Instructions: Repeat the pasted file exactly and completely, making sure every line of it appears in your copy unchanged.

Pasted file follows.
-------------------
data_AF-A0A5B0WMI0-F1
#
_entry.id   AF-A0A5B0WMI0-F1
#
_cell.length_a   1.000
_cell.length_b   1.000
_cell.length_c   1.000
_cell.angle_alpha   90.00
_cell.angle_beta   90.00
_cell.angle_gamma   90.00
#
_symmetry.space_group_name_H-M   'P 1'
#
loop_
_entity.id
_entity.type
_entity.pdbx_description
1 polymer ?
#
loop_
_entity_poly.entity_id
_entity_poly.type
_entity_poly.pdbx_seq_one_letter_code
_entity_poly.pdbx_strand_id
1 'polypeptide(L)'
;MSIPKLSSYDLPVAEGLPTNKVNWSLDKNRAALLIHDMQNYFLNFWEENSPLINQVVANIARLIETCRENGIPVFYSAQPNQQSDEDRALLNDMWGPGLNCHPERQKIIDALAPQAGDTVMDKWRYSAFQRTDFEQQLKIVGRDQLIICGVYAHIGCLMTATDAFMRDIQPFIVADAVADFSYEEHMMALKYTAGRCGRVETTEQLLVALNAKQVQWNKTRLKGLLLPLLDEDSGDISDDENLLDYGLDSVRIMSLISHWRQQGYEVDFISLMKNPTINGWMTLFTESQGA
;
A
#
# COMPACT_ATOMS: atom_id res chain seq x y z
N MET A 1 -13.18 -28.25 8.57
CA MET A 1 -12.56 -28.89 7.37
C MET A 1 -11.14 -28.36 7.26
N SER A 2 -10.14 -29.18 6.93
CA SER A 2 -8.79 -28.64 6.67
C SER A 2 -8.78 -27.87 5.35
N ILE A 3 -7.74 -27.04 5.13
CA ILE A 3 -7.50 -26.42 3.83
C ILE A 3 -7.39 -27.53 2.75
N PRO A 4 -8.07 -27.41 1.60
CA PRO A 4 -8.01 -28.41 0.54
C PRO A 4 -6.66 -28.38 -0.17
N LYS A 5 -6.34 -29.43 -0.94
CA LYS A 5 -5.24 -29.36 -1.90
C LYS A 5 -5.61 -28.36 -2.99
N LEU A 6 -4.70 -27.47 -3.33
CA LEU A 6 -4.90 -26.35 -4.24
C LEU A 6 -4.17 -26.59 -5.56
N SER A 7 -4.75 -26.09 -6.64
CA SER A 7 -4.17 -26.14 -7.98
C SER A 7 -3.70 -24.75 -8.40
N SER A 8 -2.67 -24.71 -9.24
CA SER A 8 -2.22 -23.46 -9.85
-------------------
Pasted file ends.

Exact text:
data_AF-A0A5B0WMI0-F1
#
_entry.id   AF-A0A5B0WMI0-F1
#
_cell.length_a   1.000
_cell.length_b   1.000
_cell.length_c   1.000
_cell.angle_alpha   90.00
_cell.angle_beta   90.00
_cell.angle_gamma   90.00
#
_symmetry.space_group_name_H-M   'P 1'
#
loop_
_entity.id
_entity.type
_entity.pdbx_description
1 polymer ?
#
loop_
_entity_poly.entity_id
_entity_poly.type
_entity_poly.pdbx_seq_one_letter_code
_entity_poly.pdbx_strand_id
1 'polypeptide(L)'
;MSIPKLSSYDLPVAEGLPTNKVNWSLDKNRAALLIHDMQNYFLNFWEENSPLINQVVANIARLIETCRENGIPVFYSAQPNQQSDEDRALLNDMWGPGLNCHPERQKIIDALAPQAGDTVMDKWRYSAFQRTDFEQQLKIVGRDQLIICGVYAHIGCLMTATDAFMRDIQPFIVADAVADFSYEEHMMALKYTAGRCGRVETTEQLLVALNAKQVQWNKTRLKGLLLPLLDEDSGDISDDENLLDYGLDSVRIMSLISHWRQQGYEVDFISLMKNPTINGWMTLFTESQGA
;
A
#
# COMPACT_ATOMS: atom_id res chain seq x y z
N MET A 1 -13.18 -28.25 8.57
CA MET A 1 -12.56 -28.89 7.37
C MET A 1 -11.14 -28.36 7.26
N SER A 2 -10.14 -29.18 6.93
CA SER A 2 -8.79 -28.64 6.67
C SER A 2 -8.78 -27.87 5.35
N ILE A 3 -7.74 -27.04 5.13
CA ILE A 3 -7.50 -26.42 3.83
C ILE A 3 -7.39 -27.53 2.75
N PRO A 4 -8.07 -27.41 1.60
CA PRO A 4 -8.01 -28.41 0.54
C PRO A 4 -6.66 -28.38 -0.17
N LYS A 5 -6.34 -29.43 -0.94
CA LYS A 5 -5.24 -29.36 -1.90
C LYS A 5 -5.61 -28.36 -2.99
N LEU A 6 -4.70 -27.47 -3.33
CA LEU A 6 -4.90 -26.35 -4.24
C LEU A 6 -4.17 -26.59 -5.56
N SER A 7 -4.75 -26.09 -6.64
CA SER A 7 -4.17 -26.14 -7.98
C SER A 7 -3.70 -24.75 -8.40
N SER A 8 -2.67 -24.71 -9.24
CA SER A 8 -2.22 -23.46 -9.85